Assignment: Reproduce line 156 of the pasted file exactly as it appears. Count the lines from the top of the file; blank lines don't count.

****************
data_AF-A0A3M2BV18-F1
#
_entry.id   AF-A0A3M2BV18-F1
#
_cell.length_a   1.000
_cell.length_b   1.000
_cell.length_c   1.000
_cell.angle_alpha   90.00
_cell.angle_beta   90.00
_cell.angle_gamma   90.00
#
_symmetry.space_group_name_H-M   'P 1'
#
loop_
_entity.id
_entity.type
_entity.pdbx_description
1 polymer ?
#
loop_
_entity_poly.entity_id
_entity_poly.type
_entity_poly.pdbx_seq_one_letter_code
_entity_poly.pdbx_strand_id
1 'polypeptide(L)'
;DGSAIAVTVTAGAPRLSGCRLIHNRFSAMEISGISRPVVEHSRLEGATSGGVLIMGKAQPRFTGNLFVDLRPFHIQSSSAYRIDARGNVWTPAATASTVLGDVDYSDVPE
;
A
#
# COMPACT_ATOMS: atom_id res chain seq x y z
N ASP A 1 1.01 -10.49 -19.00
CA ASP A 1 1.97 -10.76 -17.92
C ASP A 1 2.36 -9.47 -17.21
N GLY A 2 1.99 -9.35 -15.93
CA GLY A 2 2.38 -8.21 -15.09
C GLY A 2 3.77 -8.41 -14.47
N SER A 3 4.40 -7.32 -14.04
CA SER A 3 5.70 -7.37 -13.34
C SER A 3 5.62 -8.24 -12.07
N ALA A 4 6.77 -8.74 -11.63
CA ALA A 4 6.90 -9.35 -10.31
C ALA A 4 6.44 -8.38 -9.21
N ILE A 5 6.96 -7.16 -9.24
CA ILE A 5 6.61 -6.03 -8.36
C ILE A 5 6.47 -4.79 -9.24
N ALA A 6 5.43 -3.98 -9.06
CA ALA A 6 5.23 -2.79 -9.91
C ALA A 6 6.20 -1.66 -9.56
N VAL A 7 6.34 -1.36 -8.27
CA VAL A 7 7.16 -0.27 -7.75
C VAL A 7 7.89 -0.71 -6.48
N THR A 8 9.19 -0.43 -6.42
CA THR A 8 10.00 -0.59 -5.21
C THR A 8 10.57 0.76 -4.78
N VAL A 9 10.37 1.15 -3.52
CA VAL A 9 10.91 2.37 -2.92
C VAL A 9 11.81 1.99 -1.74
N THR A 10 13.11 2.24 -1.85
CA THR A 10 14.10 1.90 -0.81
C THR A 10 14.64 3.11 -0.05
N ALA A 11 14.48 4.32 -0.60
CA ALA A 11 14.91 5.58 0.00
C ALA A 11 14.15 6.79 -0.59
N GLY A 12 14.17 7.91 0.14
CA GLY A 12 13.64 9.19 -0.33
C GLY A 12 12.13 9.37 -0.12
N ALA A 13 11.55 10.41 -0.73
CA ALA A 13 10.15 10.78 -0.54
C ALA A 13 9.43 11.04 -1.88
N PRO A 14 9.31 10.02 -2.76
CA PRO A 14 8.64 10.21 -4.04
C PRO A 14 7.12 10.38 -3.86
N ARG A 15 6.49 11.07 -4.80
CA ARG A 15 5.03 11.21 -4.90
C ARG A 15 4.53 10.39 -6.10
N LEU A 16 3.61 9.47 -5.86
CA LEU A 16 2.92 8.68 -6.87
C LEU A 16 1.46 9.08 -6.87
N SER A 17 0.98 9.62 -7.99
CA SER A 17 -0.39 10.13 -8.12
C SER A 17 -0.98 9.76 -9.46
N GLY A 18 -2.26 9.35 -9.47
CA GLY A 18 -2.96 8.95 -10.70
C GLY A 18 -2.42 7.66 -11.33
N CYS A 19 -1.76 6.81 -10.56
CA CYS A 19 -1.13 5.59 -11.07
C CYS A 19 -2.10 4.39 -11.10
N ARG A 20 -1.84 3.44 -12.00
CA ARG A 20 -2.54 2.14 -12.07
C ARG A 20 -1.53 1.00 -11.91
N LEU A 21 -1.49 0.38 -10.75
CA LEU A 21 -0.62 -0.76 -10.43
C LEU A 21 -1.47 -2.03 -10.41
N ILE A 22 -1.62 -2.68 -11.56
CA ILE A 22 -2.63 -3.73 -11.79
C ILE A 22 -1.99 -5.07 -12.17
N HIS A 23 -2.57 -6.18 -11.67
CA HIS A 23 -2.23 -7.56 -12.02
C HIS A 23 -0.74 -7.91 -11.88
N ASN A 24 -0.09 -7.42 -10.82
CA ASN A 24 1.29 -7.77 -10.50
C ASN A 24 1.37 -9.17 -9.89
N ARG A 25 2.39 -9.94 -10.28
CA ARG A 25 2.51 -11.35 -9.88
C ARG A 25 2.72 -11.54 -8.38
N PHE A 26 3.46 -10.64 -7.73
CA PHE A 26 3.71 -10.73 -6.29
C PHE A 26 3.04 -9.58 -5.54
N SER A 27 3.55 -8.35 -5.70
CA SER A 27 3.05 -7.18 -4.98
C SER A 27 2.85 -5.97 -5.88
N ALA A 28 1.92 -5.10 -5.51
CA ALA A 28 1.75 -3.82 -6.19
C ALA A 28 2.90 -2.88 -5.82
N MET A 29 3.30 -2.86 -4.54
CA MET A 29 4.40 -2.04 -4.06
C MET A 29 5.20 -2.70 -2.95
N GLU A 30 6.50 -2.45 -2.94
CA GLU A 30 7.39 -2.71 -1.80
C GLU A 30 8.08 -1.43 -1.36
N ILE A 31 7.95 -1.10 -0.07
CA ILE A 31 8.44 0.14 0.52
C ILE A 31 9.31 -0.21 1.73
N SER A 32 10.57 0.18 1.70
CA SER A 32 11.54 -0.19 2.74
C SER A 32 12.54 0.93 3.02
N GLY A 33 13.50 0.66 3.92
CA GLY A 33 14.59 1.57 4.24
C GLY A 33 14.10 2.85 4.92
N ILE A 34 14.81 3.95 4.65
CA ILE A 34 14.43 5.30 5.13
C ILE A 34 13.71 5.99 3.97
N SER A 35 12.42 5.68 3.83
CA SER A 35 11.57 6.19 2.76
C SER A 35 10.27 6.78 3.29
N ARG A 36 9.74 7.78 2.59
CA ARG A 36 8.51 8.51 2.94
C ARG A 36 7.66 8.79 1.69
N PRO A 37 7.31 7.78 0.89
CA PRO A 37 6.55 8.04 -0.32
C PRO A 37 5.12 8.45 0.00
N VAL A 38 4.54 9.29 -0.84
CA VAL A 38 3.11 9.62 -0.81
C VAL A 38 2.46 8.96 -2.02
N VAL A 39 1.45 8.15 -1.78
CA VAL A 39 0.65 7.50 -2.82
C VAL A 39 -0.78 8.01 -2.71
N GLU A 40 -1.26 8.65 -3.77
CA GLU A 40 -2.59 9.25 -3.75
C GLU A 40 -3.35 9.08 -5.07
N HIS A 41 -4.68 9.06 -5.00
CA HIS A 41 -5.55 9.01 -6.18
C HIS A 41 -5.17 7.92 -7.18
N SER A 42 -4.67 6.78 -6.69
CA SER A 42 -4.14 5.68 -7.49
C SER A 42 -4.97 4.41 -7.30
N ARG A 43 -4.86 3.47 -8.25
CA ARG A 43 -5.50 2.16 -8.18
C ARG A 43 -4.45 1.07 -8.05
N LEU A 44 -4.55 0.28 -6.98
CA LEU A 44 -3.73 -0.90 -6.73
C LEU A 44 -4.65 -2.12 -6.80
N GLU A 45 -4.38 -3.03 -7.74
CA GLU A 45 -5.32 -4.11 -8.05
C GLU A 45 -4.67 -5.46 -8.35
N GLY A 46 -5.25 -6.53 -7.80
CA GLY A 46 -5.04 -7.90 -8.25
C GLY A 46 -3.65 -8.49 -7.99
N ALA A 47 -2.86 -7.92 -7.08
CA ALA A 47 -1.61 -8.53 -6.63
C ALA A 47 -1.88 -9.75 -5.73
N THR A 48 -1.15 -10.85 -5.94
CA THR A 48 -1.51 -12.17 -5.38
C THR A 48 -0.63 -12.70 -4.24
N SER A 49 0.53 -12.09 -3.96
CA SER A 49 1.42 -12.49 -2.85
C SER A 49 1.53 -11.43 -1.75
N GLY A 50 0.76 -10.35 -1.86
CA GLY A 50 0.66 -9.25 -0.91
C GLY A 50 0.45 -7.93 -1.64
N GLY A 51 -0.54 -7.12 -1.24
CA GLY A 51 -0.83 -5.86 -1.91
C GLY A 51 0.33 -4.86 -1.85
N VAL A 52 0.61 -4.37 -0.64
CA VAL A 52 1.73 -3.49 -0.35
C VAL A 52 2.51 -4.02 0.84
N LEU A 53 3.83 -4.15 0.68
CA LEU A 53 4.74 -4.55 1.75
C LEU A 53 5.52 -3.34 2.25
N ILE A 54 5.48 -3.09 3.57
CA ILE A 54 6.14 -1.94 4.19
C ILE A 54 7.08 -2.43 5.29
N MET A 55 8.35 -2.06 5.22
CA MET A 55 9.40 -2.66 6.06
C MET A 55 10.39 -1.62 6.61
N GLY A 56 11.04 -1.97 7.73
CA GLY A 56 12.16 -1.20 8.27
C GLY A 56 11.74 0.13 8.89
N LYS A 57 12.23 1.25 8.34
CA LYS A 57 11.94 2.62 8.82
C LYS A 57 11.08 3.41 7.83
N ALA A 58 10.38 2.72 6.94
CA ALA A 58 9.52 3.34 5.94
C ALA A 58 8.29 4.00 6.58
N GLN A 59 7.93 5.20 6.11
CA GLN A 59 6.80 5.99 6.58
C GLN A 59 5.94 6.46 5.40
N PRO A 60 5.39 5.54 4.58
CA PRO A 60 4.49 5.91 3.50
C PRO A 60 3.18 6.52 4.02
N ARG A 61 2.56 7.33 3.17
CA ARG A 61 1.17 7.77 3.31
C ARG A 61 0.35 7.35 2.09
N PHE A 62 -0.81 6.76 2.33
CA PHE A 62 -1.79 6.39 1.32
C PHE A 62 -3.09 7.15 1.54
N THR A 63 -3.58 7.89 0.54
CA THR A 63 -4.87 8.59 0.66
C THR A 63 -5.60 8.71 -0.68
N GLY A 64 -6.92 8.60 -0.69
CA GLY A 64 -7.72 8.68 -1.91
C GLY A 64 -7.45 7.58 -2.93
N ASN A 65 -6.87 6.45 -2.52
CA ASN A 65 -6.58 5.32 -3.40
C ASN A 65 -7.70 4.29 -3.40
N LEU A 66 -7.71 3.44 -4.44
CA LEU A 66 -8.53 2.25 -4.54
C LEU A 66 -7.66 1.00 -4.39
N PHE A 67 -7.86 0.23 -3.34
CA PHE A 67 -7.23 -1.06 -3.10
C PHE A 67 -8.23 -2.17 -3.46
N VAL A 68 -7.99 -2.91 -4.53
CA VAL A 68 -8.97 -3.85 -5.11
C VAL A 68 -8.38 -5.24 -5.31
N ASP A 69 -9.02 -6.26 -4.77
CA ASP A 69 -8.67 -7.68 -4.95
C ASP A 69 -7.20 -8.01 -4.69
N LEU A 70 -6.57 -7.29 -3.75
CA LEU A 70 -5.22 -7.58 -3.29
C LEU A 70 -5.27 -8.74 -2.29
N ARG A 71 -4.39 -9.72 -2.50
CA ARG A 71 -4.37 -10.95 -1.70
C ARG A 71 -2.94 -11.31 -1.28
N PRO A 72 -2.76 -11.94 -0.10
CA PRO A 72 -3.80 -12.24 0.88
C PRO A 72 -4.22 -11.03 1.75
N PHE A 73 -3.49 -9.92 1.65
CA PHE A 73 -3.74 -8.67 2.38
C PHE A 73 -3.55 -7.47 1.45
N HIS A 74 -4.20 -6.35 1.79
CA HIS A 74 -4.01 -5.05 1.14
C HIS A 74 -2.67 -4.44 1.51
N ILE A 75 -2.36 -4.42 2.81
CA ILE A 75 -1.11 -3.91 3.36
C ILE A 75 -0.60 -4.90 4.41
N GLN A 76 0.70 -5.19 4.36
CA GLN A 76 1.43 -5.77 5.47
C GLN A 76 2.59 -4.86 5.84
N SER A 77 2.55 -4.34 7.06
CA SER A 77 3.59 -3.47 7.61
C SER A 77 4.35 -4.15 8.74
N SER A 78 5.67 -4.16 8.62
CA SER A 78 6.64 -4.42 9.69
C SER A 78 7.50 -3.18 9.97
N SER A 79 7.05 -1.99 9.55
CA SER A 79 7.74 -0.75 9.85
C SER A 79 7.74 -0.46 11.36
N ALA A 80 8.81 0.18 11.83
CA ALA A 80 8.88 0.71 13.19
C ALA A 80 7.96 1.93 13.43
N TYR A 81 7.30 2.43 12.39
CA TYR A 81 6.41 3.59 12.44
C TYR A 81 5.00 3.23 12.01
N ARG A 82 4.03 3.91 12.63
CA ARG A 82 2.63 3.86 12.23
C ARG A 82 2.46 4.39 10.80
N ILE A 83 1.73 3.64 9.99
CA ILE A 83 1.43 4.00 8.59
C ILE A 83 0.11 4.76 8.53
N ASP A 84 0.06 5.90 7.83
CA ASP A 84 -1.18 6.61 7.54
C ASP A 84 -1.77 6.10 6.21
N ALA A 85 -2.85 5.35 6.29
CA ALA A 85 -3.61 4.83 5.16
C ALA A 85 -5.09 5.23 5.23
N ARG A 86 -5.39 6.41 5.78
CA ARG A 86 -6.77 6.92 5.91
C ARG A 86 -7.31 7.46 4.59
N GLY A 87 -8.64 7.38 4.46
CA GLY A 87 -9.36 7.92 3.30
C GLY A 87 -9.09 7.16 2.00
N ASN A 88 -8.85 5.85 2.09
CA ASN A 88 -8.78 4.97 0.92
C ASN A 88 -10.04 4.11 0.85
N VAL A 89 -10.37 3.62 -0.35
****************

C SER A 42 -4.97 4.41 -7.30